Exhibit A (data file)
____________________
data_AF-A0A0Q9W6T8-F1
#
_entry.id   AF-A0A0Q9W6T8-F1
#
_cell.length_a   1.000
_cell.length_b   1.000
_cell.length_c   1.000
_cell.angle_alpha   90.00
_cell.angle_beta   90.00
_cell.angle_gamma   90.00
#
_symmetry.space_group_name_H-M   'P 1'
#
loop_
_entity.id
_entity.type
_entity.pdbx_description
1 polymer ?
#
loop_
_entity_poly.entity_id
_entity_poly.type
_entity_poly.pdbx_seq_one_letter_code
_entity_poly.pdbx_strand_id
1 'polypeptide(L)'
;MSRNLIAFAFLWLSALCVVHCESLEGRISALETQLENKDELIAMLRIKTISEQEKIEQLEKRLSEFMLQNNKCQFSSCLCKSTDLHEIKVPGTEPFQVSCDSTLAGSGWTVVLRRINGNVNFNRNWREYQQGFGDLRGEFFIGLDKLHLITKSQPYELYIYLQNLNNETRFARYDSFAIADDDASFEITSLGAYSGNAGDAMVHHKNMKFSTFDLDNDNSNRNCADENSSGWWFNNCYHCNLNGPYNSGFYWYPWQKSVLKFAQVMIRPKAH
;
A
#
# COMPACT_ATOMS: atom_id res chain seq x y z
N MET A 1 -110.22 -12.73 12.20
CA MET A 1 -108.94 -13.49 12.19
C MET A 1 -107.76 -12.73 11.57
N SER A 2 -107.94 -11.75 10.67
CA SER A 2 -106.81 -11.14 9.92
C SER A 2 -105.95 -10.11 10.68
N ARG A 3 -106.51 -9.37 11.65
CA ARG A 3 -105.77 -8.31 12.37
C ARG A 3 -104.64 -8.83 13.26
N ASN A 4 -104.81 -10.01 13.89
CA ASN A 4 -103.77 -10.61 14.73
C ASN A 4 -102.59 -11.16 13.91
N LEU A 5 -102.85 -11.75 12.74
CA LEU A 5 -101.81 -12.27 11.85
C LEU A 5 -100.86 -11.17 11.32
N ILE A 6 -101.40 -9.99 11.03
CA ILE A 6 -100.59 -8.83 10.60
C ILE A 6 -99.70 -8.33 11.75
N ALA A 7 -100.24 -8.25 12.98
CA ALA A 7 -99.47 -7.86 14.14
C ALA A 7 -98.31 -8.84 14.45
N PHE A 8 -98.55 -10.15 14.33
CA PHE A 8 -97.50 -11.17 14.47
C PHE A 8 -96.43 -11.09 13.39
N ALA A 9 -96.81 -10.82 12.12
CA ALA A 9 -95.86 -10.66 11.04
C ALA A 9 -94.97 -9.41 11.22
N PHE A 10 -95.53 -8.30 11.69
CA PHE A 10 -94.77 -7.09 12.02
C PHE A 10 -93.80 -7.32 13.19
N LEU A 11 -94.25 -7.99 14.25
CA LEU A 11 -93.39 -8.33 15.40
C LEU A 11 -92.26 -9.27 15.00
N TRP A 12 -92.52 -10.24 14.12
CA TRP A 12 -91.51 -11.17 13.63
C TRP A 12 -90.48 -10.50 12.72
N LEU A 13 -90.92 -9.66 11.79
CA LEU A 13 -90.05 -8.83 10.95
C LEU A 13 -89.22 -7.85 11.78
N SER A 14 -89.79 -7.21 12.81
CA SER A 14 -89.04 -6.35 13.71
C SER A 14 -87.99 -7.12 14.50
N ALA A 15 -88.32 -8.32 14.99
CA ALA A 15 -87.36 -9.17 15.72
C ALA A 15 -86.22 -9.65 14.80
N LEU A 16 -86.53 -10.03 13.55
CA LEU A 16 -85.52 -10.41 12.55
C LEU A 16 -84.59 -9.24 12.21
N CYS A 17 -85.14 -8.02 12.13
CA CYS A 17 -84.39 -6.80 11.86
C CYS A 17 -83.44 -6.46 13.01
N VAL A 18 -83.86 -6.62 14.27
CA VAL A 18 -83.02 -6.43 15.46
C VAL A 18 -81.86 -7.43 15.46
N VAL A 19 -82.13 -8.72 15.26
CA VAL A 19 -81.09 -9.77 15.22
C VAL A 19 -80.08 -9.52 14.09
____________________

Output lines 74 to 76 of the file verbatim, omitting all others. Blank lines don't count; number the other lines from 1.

CA ALA A 15 -87.36 -9.17 15.72
C ALA A 15 -86.22 -9.65 14.80
N LEU A 16 -86.53 -10.03 13.55